New rules apply to most directors who borrow money from their company. Until now if they repaid this within nine months of the end of its accounting period, no tax charge would arise. What’s changed?
Bed and breakfast not allowed… In the 2013 Budget new rules were announced to penalise those who, in HMRC’s view, abuse the rules on company loans. This is directors who borrow money from their company, repay it to avoid the corresponding tax charge and then re-borrow the money a short while later. HMRC calls this “bed and breakfasting” and new rules aim to penalise this.
What’s changed? A close company (broadly one that’s controlled by five or fewer individuals) is liable to a tax charge where a director/shareholder borrows money from it. The charge for a company’s accounting period is 25% of what the director owes at the end of the financial year (if the amount exceeds £10,000), but this is repayable if the money is paid back within the next nine months. But by using bed and breakfasting a director can reduce or wipe out the tax bill.
Example. Bob is a director/shareholder of AnyCo Ltd. He often uses the company’s credit card to pay for personal items. At the end of its 2012/13 accounting year (January 31 2013) Bob owes AnyCo £16,000, but soon after repays £14,000 using cash raised from a personal overdraft. A few days later he re-borrows £13,000 from AnyCo. Despite this it will only face a tax bill of £500 (£2,000 x 25%), because £14,000 of the £16,000 owing at January 31 was repaid within nine months.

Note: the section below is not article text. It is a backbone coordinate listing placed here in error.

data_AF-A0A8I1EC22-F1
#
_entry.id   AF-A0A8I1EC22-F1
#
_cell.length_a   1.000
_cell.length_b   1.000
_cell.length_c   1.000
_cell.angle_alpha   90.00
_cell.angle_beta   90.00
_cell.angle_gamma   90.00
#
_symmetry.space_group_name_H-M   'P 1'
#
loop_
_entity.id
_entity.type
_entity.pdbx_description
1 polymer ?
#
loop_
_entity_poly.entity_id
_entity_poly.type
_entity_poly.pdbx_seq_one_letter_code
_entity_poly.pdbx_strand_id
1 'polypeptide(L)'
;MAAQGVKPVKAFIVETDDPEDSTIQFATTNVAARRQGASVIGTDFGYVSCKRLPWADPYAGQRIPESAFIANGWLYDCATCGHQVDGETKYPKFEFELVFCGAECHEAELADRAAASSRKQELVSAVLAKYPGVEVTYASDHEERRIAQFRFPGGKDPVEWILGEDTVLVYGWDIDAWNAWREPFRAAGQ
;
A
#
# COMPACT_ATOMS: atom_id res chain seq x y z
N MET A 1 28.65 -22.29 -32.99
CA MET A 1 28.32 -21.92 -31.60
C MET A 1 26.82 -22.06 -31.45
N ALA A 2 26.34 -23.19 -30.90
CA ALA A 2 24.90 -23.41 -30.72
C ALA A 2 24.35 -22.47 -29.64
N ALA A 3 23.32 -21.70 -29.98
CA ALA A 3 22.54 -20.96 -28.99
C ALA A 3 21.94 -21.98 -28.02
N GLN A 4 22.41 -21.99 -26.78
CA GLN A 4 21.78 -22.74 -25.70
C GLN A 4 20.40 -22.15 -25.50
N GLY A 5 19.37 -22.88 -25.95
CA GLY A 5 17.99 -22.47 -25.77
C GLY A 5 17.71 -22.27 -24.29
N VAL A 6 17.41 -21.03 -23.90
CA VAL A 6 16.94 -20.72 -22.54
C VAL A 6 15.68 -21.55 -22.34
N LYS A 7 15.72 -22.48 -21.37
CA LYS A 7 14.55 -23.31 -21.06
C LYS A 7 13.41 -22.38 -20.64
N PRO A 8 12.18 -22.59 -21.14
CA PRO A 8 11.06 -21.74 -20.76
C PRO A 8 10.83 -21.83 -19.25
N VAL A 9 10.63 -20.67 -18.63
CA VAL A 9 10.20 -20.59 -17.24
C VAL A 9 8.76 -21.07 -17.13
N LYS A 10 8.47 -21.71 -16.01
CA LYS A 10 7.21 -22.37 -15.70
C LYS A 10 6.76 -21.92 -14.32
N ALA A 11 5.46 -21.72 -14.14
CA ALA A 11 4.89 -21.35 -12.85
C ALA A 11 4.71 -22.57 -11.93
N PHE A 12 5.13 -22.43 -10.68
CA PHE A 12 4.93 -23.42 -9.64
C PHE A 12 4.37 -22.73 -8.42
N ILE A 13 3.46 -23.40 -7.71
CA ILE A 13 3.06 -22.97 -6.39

New anti-avoidance rules
There are two new rules which can catch Bob and AnyCo out in future years:
- the 30-day rule
- the intentions and arrangements rule.
1) The 30-day rule Where a director repays more than £10,000 of the money they’ve borrowed from the company and within 30 days of this re-borrows more than £10,000, the reduction that’s normally allowed in the 25% tax charge will be restricted by the lesser of the amount repaid and the amount re-borrowed (see The next step).
2) The Intentions and arrangements rule Where the amount owed by a director is £15,000 or more, a full or part repayment of this is made and at the time the director had arranged to re-borrow the money from the company or had the intention to do so, the reduction in the 25% tax charge is restricted in a similar way as it is for the 30-day rule. Taking our example this would mean AnyCo would be taxed on £15,000 instead of just £2,000
Tip 1. Reduce what you owe your company to £10,000 or less no later than nine months after the end of the accounting period. But do this by taking extra salary, a bonus, etc. or dividend which is credited against the debt rather than being paid out to you. In these circumstances if you re-borrow the money HMRC accepts that this won’t trigger the new anti-avoidance rules.
Tip 2. If the amount you owe your company at the end of an accounting period is greater than £10,000, repay this within nine months to reduce the 25% tax charge, but leave it more than 30 days before you borrow more from your company.
If you repay a loan of £10,000 or more to your company and re-borrow within 30 days, the tax charge, equal to 25% of the borrowing, will apply. But where you reduce the debt by crediting a dividend or a bonus against it within nine months of your company’s accounting period, the re-borrowing won’t result in a tax charge.